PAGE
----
Updated: Feb 3
Primitive reflexes are the brain’s way of teaching the body motor patterns, they emerge in utero and integrate by a specific age. An example of a primitive reflex is the palmar reflex. If you place your finger in the palm of an infant; they are going to squeeze your finger. As they get older, they develop more control over the reflex and they are able to open and close their hand voluntarily. This is a reflex we want to see in an infant. If a 2 or 3-year-old still has their palmar reflex, it is called a retained primitive reflex, and that is when it becomes problematic. Sometimes, it is not noticed until the child begins kindergarten and is expected to begin higher level skills such as writing. If their palmar reflex is still present, it limits the control the child has on the writing utensil.
There are many primitive reflexes; and they are all important. Since primitive reflexes are located at the brain stem, if a child retains any of these reflexes, higher learner and sensory processing (among other things) can be greatly impacted. Recurrent bed wetting, difficulty with coordination, riding a bicycle, regulating emotions, sensory processing, toe walking, writing, and reading are all issues that could be addressed and solved if primitive reflexes are present and the specific reflex is integrated.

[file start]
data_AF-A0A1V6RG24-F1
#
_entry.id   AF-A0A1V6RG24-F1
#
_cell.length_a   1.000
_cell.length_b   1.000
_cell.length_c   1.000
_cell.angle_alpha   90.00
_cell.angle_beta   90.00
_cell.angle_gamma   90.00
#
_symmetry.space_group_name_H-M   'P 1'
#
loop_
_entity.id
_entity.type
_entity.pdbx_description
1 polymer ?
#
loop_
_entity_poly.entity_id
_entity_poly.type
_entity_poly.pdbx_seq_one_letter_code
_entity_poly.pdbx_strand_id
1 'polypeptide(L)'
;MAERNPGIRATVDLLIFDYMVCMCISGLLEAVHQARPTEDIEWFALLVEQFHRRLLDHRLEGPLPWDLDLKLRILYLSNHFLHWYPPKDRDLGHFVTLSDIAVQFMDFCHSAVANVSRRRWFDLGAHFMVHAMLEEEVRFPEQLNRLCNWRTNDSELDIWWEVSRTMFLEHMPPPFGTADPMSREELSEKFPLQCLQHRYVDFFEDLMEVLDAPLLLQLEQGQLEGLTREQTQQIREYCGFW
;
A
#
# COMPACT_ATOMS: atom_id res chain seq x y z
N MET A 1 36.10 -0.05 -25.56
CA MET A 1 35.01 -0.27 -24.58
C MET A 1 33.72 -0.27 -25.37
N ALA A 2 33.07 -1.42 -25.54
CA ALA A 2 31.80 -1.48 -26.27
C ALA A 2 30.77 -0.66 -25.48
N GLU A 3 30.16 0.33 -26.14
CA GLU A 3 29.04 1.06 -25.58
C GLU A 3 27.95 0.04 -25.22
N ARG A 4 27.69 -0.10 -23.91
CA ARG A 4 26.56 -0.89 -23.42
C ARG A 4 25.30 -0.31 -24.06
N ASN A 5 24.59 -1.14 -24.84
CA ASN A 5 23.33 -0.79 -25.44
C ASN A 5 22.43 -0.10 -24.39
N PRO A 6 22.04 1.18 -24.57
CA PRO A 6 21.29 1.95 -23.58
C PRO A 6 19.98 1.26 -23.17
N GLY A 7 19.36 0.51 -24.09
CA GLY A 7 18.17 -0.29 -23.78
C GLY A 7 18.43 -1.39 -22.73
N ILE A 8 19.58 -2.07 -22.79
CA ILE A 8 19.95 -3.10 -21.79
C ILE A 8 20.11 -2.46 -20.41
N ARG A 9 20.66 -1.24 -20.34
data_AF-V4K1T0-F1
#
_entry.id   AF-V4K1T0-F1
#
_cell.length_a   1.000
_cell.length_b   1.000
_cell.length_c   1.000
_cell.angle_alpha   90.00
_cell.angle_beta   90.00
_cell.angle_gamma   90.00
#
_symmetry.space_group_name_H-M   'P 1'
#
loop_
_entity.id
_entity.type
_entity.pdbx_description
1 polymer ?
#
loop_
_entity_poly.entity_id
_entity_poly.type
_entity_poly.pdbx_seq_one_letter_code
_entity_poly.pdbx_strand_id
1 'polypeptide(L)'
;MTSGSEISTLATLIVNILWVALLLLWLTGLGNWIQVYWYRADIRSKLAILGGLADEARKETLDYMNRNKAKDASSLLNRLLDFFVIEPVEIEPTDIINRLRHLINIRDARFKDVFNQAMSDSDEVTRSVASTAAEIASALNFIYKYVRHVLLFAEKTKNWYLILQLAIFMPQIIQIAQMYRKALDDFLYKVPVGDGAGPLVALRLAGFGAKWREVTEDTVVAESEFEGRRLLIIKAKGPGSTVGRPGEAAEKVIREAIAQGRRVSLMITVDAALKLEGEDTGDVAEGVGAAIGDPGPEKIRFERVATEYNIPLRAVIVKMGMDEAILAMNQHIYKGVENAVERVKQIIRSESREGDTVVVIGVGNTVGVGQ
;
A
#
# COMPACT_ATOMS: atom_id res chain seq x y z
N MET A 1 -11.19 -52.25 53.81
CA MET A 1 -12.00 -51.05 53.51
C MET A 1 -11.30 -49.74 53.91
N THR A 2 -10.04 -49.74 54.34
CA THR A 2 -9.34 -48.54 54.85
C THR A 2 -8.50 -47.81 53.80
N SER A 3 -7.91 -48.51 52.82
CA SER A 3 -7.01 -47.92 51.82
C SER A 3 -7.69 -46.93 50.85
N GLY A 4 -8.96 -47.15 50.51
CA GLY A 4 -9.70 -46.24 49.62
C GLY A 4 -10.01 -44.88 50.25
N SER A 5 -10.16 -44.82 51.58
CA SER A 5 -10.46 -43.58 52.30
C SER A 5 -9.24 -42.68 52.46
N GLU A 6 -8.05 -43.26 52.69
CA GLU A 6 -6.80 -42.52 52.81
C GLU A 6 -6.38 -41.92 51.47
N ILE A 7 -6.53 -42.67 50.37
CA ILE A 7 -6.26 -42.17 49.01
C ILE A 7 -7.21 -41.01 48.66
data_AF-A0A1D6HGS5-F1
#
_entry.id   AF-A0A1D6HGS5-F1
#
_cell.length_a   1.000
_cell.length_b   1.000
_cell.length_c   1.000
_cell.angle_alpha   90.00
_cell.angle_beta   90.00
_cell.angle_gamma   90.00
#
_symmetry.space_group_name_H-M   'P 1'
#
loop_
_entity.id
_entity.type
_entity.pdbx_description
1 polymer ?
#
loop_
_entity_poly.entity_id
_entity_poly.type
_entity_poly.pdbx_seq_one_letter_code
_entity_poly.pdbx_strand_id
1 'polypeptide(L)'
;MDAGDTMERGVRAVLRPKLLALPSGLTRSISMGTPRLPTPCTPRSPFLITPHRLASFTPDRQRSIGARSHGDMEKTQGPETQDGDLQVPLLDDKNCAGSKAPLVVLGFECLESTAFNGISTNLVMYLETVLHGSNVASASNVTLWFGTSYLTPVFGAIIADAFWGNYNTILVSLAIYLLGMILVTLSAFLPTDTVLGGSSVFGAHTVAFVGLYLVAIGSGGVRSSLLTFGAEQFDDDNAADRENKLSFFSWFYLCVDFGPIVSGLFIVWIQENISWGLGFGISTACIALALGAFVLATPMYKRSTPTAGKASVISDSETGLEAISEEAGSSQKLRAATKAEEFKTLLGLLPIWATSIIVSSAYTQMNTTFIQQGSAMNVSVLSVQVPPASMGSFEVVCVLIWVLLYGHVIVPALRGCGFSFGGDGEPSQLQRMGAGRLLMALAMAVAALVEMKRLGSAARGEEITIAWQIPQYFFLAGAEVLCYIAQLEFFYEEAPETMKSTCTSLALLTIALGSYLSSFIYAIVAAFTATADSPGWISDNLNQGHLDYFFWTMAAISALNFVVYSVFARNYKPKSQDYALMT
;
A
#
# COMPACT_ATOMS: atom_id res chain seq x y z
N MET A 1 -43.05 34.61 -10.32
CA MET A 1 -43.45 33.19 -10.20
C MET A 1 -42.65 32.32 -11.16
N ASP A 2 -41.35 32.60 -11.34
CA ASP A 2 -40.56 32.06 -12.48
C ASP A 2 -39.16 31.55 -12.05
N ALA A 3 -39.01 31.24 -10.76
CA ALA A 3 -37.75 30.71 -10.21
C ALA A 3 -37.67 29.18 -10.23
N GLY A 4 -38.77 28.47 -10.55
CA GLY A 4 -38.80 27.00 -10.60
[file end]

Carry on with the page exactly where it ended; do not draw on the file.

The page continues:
There are specific assessments and evaluations to detect if a child has retained primitive reflexes. If the reflexes are present, there are activities and exercises that could be done to integrate the reflex so it is no longer causing developmental issues.
Over the next few weeks, I am going to discuss a few specific reflexes, how they impact development, and next steps if you suspect your child may have retained primitive reflexes.